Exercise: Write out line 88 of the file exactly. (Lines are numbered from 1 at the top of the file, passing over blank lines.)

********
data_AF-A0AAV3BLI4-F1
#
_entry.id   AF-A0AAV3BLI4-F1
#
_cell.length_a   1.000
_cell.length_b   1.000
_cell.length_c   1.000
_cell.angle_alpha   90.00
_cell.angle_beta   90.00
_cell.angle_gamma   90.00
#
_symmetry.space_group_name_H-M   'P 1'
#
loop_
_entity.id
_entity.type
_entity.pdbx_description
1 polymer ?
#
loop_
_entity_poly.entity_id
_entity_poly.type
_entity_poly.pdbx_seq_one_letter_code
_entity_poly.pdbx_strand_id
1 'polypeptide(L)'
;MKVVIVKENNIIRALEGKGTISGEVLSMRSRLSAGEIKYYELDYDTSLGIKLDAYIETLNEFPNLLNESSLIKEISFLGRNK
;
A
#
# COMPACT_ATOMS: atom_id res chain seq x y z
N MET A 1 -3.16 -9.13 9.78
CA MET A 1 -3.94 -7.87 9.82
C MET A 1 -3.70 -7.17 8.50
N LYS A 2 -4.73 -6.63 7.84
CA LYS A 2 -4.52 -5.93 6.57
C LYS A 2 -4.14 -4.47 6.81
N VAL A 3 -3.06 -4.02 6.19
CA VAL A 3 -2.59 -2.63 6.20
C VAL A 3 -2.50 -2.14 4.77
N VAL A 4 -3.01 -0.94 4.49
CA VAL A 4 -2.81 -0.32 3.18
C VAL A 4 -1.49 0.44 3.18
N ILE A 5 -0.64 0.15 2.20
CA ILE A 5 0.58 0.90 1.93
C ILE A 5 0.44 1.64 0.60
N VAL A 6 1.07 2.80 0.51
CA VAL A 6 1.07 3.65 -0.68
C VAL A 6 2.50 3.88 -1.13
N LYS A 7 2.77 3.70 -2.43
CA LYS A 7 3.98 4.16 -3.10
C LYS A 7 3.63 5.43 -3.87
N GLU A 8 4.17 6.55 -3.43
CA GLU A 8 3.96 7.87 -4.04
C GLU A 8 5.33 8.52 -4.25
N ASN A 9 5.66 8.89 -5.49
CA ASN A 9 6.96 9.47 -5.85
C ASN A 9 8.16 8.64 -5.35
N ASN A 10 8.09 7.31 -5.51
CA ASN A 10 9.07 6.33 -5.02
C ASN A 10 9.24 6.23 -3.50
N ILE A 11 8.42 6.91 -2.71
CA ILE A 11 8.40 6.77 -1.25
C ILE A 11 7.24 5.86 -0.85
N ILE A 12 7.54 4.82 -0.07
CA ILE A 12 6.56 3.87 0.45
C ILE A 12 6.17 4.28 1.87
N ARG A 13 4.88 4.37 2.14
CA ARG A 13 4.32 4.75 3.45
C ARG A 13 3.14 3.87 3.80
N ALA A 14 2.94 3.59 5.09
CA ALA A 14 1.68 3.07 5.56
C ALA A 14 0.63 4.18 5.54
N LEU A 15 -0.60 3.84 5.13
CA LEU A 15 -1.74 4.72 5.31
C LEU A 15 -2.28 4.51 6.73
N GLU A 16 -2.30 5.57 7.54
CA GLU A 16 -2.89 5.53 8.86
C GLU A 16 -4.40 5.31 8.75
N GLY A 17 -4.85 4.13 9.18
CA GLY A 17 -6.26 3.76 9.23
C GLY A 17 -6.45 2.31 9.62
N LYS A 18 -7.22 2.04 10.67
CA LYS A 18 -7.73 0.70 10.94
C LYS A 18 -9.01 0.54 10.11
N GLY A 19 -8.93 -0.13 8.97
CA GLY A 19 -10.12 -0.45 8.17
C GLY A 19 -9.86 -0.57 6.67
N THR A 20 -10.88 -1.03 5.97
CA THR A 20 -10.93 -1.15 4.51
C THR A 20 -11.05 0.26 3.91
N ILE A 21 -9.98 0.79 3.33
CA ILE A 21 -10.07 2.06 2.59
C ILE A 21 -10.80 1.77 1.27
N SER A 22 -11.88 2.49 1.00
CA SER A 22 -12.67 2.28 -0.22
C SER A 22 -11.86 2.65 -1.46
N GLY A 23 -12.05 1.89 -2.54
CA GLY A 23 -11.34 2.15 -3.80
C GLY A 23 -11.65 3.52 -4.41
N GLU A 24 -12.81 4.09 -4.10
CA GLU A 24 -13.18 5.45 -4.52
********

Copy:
N THR A 20 -10.88 -1.03 5.97